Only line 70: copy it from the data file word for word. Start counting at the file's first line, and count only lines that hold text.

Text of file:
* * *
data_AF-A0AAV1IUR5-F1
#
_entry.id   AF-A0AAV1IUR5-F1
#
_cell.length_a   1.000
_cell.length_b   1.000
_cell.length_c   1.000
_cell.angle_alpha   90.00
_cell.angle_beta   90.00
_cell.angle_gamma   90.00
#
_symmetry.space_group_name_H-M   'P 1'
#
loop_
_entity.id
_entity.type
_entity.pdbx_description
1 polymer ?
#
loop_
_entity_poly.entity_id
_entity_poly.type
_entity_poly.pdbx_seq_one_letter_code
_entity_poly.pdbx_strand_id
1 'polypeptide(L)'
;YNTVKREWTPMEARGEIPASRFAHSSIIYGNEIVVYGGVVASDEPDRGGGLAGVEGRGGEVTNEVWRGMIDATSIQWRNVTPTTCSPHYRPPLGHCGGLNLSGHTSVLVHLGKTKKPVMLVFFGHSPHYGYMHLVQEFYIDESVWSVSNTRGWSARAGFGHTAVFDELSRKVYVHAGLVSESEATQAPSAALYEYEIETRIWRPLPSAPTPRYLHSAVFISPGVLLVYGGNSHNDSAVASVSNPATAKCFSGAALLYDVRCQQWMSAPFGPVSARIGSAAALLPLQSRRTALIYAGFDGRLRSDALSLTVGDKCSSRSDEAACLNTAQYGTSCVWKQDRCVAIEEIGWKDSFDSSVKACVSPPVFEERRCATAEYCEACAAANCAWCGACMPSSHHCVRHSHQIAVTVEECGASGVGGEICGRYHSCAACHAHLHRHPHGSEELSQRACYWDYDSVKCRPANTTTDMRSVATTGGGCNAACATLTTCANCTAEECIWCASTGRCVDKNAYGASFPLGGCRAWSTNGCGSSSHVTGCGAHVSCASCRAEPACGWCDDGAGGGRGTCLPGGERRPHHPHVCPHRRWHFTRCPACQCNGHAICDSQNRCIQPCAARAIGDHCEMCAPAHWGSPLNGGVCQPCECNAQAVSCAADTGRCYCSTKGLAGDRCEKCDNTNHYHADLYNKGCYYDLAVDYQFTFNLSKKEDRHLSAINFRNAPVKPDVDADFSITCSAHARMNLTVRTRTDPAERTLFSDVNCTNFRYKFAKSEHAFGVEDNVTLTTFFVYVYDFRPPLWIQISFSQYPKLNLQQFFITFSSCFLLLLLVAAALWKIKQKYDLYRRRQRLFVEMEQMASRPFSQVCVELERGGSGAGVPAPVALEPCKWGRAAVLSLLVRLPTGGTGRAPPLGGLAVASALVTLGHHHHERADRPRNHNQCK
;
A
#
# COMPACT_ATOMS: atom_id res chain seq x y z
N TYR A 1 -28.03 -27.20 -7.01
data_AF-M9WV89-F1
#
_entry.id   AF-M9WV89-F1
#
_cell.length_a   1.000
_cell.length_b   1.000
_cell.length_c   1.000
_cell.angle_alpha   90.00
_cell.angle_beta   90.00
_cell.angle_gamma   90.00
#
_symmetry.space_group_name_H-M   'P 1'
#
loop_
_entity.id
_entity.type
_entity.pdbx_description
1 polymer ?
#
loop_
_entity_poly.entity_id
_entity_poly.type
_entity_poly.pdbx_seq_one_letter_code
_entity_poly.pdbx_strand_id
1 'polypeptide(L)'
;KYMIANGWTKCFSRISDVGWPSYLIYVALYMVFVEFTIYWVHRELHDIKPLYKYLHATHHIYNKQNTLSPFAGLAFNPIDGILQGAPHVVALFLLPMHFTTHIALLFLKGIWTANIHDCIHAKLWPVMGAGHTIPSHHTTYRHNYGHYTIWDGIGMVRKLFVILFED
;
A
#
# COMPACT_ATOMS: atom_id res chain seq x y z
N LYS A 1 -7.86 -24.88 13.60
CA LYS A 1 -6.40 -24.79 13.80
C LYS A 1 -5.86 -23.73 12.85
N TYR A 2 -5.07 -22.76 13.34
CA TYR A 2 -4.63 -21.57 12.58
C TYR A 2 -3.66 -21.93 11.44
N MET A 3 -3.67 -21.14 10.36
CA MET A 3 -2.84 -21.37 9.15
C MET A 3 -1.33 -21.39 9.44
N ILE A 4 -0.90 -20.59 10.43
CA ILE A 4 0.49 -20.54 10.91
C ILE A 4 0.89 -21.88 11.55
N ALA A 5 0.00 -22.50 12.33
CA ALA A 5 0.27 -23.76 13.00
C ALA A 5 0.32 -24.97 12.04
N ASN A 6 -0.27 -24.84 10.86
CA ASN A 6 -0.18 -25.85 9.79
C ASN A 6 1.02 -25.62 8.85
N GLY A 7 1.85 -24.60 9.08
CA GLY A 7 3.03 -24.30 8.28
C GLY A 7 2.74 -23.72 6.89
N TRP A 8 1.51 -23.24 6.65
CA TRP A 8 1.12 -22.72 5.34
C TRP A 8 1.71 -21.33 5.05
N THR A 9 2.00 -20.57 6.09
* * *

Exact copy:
C MET A 3 -1.33 -21.39 9.44